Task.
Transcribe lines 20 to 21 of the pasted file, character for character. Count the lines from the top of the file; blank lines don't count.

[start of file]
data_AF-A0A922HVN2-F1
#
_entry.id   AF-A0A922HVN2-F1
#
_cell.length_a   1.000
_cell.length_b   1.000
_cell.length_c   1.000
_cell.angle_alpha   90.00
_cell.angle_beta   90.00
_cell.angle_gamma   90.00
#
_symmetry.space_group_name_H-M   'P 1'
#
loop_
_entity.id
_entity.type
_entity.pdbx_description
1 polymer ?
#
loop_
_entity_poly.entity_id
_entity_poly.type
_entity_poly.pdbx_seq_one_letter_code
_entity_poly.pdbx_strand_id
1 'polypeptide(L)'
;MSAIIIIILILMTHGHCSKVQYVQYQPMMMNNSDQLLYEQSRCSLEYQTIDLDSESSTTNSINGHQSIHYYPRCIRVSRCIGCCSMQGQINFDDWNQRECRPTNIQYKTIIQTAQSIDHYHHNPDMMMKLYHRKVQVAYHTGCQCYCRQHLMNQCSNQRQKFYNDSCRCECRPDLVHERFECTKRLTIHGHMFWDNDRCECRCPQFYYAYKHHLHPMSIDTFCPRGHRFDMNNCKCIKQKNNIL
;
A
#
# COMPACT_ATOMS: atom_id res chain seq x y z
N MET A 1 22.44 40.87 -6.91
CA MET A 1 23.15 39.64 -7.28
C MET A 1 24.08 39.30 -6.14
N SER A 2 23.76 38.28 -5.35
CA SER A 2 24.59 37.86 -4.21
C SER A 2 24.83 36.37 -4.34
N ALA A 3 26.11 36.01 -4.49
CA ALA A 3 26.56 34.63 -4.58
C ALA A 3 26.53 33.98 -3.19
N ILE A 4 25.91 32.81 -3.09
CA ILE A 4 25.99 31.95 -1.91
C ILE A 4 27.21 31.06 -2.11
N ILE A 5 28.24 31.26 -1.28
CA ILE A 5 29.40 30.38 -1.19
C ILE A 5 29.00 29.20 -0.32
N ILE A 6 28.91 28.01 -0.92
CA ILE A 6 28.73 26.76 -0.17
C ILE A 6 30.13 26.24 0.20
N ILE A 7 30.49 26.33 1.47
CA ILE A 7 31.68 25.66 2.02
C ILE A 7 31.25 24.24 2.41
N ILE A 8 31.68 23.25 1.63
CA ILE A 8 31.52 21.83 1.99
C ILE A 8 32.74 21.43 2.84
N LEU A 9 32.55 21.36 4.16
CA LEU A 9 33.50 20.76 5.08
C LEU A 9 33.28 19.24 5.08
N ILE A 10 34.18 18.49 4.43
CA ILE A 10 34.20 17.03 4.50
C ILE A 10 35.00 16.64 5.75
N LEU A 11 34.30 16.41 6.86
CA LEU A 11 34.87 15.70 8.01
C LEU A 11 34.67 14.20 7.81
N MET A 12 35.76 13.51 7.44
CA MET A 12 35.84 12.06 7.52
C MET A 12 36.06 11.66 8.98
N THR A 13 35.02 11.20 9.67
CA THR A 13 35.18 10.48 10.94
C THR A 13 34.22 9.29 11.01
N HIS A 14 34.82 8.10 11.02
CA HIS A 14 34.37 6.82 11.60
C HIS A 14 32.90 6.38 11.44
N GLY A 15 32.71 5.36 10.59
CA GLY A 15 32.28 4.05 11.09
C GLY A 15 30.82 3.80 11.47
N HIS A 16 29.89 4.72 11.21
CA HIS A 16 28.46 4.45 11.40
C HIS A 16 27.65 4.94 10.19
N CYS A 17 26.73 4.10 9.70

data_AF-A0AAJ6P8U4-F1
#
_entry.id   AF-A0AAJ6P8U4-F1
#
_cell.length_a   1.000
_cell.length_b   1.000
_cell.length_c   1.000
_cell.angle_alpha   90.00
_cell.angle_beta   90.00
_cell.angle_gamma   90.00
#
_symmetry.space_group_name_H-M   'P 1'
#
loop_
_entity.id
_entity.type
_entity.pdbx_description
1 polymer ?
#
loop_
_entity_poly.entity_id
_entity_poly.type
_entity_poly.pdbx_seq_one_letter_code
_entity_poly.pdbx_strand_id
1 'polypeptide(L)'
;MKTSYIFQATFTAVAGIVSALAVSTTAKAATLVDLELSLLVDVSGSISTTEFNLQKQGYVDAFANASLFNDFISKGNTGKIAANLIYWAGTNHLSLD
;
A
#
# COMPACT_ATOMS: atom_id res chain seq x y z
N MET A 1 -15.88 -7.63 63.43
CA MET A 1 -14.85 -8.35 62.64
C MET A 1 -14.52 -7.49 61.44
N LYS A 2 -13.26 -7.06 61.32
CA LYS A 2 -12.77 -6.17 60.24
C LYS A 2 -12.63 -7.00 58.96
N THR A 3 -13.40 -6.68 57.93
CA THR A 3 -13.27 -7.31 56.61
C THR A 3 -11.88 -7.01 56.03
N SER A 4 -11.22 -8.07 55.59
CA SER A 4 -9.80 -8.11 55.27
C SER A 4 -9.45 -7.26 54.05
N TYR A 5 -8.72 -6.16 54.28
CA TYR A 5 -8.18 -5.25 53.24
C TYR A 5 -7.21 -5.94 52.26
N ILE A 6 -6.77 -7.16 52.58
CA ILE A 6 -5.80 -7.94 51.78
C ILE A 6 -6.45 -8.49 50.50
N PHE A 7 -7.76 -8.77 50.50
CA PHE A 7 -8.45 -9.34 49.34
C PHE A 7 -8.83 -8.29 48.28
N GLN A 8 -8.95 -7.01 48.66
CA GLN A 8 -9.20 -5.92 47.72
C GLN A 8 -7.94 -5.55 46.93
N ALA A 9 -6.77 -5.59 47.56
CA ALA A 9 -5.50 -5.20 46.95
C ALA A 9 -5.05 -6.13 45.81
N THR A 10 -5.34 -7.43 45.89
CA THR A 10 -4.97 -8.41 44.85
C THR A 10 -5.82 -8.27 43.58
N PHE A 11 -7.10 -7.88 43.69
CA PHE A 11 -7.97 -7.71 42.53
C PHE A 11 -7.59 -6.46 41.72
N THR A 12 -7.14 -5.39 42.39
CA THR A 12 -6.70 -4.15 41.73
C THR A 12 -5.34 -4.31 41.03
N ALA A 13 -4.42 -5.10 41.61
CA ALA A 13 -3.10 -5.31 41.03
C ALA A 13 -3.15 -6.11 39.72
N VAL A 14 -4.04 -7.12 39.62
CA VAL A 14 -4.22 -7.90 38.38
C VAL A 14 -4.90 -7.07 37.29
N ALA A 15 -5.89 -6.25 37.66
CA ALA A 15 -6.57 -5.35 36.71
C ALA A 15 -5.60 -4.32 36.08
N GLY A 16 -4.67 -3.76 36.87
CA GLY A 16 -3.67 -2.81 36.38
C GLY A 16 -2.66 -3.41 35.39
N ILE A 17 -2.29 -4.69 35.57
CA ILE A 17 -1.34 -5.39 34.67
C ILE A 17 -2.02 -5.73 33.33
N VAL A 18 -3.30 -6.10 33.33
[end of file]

loop_
_entity_poly.entity_id